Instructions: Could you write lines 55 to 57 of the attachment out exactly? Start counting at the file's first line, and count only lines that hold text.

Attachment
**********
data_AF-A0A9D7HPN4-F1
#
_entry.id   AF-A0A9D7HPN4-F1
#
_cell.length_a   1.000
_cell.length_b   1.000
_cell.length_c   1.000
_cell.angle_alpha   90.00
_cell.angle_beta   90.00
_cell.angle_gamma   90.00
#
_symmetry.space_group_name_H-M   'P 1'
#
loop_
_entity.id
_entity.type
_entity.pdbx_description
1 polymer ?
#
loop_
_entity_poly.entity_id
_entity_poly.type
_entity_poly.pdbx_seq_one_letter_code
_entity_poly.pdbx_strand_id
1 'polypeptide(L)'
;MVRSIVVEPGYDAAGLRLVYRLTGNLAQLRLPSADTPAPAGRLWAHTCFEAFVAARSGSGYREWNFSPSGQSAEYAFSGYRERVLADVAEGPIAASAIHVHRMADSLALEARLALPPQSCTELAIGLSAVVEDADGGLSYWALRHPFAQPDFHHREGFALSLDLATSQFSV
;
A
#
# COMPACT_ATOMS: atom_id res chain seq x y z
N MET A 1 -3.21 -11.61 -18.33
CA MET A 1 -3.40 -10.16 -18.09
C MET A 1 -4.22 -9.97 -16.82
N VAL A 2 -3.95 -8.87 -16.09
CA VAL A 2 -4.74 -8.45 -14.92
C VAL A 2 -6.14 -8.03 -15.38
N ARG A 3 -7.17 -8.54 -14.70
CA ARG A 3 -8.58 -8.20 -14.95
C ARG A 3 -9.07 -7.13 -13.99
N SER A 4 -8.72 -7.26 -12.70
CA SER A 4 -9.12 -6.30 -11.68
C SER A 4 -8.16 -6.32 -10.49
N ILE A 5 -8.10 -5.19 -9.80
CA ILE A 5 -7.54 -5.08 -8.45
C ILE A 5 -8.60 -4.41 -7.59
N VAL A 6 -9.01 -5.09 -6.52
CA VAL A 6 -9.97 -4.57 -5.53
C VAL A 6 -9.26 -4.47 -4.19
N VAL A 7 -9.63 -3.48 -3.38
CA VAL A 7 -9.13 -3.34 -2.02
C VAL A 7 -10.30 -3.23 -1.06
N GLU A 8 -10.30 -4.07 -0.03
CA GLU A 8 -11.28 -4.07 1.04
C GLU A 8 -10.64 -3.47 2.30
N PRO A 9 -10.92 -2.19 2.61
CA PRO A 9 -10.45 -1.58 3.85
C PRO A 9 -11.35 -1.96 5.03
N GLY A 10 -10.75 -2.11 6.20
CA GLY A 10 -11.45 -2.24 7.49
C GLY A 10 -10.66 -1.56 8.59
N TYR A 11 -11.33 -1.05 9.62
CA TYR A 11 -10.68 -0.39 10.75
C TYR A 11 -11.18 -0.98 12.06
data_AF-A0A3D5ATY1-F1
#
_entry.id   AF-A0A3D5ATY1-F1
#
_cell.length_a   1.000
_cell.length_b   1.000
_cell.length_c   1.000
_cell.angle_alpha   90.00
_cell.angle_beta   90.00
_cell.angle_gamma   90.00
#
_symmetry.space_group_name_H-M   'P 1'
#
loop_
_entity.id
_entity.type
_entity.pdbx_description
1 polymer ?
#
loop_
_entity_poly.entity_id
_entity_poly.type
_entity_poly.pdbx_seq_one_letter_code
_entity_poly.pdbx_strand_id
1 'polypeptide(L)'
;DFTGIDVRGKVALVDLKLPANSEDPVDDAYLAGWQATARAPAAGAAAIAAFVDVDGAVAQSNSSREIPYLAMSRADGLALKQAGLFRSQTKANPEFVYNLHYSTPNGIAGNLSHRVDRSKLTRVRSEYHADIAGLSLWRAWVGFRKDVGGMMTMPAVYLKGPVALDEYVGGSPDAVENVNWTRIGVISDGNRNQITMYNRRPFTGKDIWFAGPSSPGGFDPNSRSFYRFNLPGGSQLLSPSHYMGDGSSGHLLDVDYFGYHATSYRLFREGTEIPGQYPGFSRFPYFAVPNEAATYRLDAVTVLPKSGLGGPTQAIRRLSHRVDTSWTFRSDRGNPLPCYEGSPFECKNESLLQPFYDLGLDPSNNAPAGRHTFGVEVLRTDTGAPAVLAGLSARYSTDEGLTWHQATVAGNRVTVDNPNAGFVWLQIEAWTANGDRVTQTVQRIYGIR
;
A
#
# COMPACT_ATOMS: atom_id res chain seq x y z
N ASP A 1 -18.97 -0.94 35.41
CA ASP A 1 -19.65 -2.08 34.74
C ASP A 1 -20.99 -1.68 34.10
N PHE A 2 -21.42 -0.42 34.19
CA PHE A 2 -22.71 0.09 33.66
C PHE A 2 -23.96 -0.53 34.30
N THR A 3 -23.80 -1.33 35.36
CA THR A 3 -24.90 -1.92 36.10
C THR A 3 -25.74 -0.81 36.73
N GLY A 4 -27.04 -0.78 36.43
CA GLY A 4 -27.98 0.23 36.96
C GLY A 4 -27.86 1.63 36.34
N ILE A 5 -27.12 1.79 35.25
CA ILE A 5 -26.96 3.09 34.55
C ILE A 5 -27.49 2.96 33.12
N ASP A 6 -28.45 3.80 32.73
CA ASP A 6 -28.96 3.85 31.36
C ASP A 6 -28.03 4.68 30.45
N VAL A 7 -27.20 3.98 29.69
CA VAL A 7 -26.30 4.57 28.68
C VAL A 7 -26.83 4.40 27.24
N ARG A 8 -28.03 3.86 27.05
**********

N PRO A 9 -10.92 -2.19 2.61
CA PRO A 9 -10.45 -1.58 3.85
C PRO A 9 -11.35 -1.96 5.03